With the 2021 WHL Prospects Draft delayed from May until December, Clarke Caswell had to wait an additional seven months to find out where he would begin his WHL career.
While he admits to being a little frustrated at the delay, he used it to his advantage during that summer and to begin the 2021-22 season.
“That summer I grew quite a bit,” he said. “I got better as a player and I think this past year was better than previous years, so I think it helped me out quite a bit.”
Limited to just five games in 2020-21 due to minor hockey shutdowns country-wide, Caswell hit the ground running with the Brandon U18 Wheat Kings last season, recording a staggering 51 points (23-28-51) in his first 20 games leading up to draft day.
While he had an idea of the area he may get drafted on December 9, he said he tried not to focus too much on rankings heading into the big day.
“I had kind of an idea, but I try to stay out of that ranking stuff,” he said. “I was just excited to see whoever drafted me to grow with them, and I was really happy to get drafted by Swift Current.”
Caswell was in a math class when he was selected sixth overall by the Broncos, and admits he had a hard time focusing for the remainder of the class until he could celebrate with his friends afterwards.
Originally slated to make his WHL debut just a few weeks later, Caswell had to wait until January 21 to suit up for the first time when the Broncos had a number of games delayed.
When the day finally arrived, Caswell was excited, but nervous.
“The morning of [his original debut date] we heard that news come down,” he said. “When I got back for the game against Calgary, it was a great experience. Just to get that first taste of how the next few years are going to be. I was pretty nervous leading up to the game, but once I got my first shift under me I think I settled down and was able to play my game.”
Caswell nearly found the back of the net that night, but was robbed by Brayden Peters on a centring pass from Mathew Ward off the rush. He was able to find the scoresheet the next night however, recording an assist in a 3-1 win over the Lethbridge Hurricanes.
Three weeks later Caswell was able to dress for a WHL game in his hometown for the first time, joining the Broncos for their final visit to Westoba Place against the Wheat Kings.
Growing up going to Wheat Kings games, it was a special moment for Caswell.
“It was really cool, I had a bunch of family and friends there,” he said. “That was a pretty cool experience. Being familiar with some of the players on Brandon and being able to play against them was really cool.”
Caswell’s torrid scoring pace with the U18 Wheat Kings continued after the WHL Prospects Draft; just one time during his 38 games in the regular season was he held without a point, finishing the year with 88 points (35-53-88). The next-highest scoring 2006-born player had 42 points.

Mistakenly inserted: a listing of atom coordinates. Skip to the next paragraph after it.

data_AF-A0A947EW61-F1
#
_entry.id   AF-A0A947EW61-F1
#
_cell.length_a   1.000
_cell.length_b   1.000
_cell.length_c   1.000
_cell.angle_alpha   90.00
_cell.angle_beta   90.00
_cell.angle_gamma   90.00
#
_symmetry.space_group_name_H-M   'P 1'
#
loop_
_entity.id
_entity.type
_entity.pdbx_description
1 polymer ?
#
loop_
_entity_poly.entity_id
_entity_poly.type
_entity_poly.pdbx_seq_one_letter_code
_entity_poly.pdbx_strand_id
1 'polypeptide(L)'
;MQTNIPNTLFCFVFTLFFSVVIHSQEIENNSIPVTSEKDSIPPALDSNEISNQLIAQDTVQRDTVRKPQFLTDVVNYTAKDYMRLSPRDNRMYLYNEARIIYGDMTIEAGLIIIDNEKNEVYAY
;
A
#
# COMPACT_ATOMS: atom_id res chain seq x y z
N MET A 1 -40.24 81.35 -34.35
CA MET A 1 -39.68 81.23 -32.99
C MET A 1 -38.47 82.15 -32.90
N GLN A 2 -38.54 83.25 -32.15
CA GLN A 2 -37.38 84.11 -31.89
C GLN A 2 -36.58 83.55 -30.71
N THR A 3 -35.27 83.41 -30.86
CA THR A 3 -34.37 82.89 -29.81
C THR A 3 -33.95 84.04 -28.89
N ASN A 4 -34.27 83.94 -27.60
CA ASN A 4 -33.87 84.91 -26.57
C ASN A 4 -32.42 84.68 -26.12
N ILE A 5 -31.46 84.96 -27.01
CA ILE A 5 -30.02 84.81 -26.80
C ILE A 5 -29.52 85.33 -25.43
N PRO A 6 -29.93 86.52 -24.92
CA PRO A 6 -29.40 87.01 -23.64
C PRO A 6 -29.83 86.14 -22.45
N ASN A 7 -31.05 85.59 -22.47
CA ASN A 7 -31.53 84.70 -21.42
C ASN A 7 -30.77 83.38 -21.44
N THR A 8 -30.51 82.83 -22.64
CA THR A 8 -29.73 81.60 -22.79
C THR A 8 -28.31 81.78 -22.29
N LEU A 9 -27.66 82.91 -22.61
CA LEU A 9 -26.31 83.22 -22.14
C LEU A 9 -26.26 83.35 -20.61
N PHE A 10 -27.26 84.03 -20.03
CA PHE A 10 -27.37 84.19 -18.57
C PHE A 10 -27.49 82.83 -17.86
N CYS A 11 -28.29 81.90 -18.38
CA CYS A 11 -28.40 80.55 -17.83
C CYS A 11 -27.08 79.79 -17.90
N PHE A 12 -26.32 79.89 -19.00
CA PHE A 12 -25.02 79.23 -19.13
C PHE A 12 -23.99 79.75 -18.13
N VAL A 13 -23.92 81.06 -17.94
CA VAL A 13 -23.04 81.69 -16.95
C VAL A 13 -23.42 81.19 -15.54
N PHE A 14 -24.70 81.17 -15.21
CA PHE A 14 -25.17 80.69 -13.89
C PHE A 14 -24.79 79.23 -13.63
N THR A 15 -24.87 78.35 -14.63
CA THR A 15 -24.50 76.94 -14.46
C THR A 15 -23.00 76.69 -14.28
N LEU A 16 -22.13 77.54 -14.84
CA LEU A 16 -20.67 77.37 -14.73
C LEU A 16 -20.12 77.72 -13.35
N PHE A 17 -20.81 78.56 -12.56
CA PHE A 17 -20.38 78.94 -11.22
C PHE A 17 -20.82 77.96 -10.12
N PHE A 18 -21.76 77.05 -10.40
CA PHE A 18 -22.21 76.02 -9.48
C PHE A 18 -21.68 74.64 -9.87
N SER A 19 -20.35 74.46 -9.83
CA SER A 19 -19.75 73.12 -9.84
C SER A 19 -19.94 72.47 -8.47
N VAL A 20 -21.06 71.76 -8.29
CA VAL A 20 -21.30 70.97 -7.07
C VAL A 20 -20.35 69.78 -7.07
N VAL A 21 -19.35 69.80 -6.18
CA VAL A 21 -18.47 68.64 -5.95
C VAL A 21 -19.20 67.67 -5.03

Wrapping up the regular season as the top seed in the Manitoba U18 League, the Wheat Kings swept their opening two playoff rounds, setting up a showdown with the number two ranked Winnipeg Wild for the league championship.
After jumping out to a 2-0 series lead in the best of five, the Wheat Kings weren’t able to close out the series, eventually dropping three straight to see the Wild complete the comeback and win the title.
“We were pretty confident heading into the final,” Caswell said. “The way they came back, their goalie was playing great. It was a tough way to go out. We had a pretty good crowd in the final game so it was pretty tough to lose, but it was a good experience.”
Caswell recorded 17 points (9-8-17) in 11 playoff games, including two goals and assist in the final game, a 6-3 loss.
Knowing the rigors of a 68-game WHL season are fast approaching, Caswell is putting in the work to ensure he’s prepared for the jump to the major junior level.
“I’ve been going to the gym quite a bit this summer,” he said. “I’ve been skating too, but I’m really focusing on the off-ice stuff. I know I need to get faster and stronger to match the players in the WHL.”
He’ll soon get a chance to showcase all that work he’s putting in as Caswell was one of 100 players invited to Hockey Canada’s U17 Development Camp, set for July 10-14 in Calgary.
The World U17 Hockey Challenge takes place November 5 to 12 in British Columbia, and Caswell says he’s determined to make one of the three teams that Canada sends.
“I’m definitely looking forward to getting some experience and getting to know the group,” he said. “I’m looking forward to seeing where I stand compared to all the other players, but definitely trying to make the jump into the top 60. That’s the goal right now.”
Despite that invite, a phenomenal season at the U18 level and an impressive three-game audition with the Broncos, Caswell says he’s not putting many hard expectations on his rookie season in Swift Current.
“I think I’ll just try and play my game,” he said. “With the confidence I’ve gained, we’ll see where that takes me, but I think it’s going to be a good season. There’s a lot of younger players there so it’s easy to relate with them. Everyone was very welcoming, the players, the coaching staff, they really made it easy to get into the games and join the team.”